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While recording high revenue growth in the first quarter of 2018, seaport joint ventures between Vietnam’s state-owned shipping giant Vinalines and its foreign partners are facing tremendous hitches as they try to keep their progress sustainable.

According to Vinalines, total container throughput shipped via the Cai Mep International Terminal (CMIT) reached 4.62 million tonnes during the first quarter, up more than 7.5 per cent on-year.

Located in the Cai Mep-Thi Vai port complex of the southern province of Ba Ria-Vung Tau, the seaport – a joint venture between Vinalines and Denmark’s APM Terminals – reached revenue of VND206.86 billion ($9.19 million), up 13.7 per cent on-year.

“The rise was lower than expected. We witnessed growth of 15 per cent in the first two months, but lower growth in March, thus resulting in an overall rise of 7.5 per cent in the first quarter,” Nguyen Xuan Ky, CMIT deputy director, told VIR.

“The market is performing well, thanks to the rising volume of goods shipments to the EU and the US, and the trend of preferring to call at the Cai Mep-Thi Vai port complex among mainliners, signalling an upward trend,” Ky added.

As the seaport reaches its designed capacity of 1.2 million twenty-foot equivalent units (TEUs), CMIT aims to achieve the same throughput as it did, last year when it handled 1.33 million TEUs.

Big improvements were also witnessed at the Cai Lan International Container Terminal (CICT) located in the northern province of Quang Ninh. This joint venture has US-based Carrix – the parent company of SSA Marine – as Vinalines’ partner.

Unlike in previous years, when CICT had to handle goods in bulk to survive, the port reported a throughput of over 1.55 million tonnes in this year’s first three months, an on-year rise of 29.4 per cent.

What is more, CICT’s revenue ascended by 15.9 per cent on-year to reach VND69.61 billion ($3.09 million), equivalent to 25.45 per cent of 2017’s full-year figure and 39.5 per cent of 2016’s.

SP-PSA and SSIT, the other two seaports located in the Cai Mep-Thi Vai port complex, also showed a good track record between January and March.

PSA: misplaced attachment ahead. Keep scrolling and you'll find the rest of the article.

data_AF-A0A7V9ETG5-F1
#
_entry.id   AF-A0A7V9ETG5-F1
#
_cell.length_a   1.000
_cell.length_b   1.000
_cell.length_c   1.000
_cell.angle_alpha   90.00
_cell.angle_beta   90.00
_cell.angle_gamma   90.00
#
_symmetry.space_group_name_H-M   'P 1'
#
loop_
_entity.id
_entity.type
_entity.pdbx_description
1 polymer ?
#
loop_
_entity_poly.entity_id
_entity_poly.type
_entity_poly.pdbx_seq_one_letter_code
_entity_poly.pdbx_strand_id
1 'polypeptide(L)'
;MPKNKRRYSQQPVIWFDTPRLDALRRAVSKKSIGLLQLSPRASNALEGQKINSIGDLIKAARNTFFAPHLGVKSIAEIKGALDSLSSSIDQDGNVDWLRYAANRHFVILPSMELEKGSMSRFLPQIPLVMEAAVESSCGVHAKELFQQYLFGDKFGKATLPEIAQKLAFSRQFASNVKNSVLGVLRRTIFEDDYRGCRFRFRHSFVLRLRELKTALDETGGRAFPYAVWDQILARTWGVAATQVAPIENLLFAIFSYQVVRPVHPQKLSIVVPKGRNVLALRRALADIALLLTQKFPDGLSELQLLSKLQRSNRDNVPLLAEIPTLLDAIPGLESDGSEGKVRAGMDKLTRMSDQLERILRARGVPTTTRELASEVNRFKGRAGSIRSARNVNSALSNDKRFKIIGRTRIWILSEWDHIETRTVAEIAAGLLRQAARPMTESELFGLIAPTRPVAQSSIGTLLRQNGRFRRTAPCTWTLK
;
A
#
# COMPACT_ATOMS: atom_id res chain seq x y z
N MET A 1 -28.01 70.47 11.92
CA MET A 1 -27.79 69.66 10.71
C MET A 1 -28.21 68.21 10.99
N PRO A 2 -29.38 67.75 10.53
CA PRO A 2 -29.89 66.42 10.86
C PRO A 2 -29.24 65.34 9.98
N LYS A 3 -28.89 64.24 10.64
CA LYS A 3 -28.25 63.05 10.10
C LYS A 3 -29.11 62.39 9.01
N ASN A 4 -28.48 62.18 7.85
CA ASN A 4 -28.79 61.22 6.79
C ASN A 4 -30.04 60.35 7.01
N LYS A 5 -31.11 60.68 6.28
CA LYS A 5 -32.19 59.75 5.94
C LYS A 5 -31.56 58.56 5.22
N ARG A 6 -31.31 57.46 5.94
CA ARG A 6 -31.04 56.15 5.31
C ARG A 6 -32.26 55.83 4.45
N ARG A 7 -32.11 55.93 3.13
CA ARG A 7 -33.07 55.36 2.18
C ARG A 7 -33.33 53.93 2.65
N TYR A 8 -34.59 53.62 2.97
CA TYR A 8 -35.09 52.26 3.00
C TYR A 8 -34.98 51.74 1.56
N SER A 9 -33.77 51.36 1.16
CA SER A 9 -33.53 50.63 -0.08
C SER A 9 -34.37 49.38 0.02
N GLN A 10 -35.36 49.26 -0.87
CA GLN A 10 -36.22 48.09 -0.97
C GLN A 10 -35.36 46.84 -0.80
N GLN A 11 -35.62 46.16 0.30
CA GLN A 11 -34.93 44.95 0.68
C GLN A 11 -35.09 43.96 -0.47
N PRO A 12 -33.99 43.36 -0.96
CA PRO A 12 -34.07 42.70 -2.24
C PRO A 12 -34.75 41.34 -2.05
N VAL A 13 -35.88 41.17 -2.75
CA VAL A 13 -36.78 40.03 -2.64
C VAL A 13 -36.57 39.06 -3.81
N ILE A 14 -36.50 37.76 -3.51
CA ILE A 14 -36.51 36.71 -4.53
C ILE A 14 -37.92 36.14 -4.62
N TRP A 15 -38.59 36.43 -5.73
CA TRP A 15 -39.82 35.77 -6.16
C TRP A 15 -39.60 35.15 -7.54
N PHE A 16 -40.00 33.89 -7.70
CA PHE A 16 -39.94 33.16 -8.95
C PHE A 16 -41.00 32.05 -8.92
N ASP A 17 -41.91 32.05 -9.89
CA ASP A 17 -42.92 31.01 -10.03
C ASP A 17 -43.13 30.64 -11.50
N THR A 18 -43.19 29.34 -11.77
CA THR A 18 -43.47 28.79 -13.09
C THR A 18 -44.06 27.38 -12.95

SP-PSA, a joint venture between Vinalines and Singapore-based PSA, reported an on-year increase of 18 per cent in the handled volume of goods to over 560,175 tonnes in the first quarter, while the figure was 1.54 million tonnes for the whole of 2016.

The seaport fetched revenue of VND27.12 billion ($1.2 million), up 16.3 per cent on-year, while the all-year total was $3.07 million in 2016, when revenues were already rising at 33.47 per cent on-year.

Always ranking lower than other jointly-invested seaports, SSIT – a joint venture between Vinalines and SSA Marine – witnessed strong growth in revenue in the first quarter.

SSIT reached revenue of VND38.85 billion ($1.73 million), jumping 40 per cent on-year, while total goods volume was 972,000 tonnes, up 5 per cent on-year.

In spite of the improved performance, the seaports in the Cai Mep-Thi Vai port complex are struggling with delays in channel dredging since mid-2017, as they still await approval from the Ministry of Natural Resources and Environment for procedures related to mud fills.

The channel is filling up with sand rapidly, reaching up to -13.3 metres and, in some shallow places, even -12.6 metres, thus preventing mainliners from the EU from entering the area.

Several local seaports, namely CMIT, TCIT, SSIT, Baria Serece, SITV, and TCTT, as well as shipping lines like MOL and Maersk Lines, have lamented the delays in dredging as a major obstacle for their activities many times.

“Many mainliners had to cut back their shipments of cargo as the channel at the seaports is not deep enough. If the situation remains unchanged, shipping lines may leave Cai Mep and move to other seaports in the region. Goods will then be transhipped to Singapore, Malaysia, and other countries instead,” they said in a statement.


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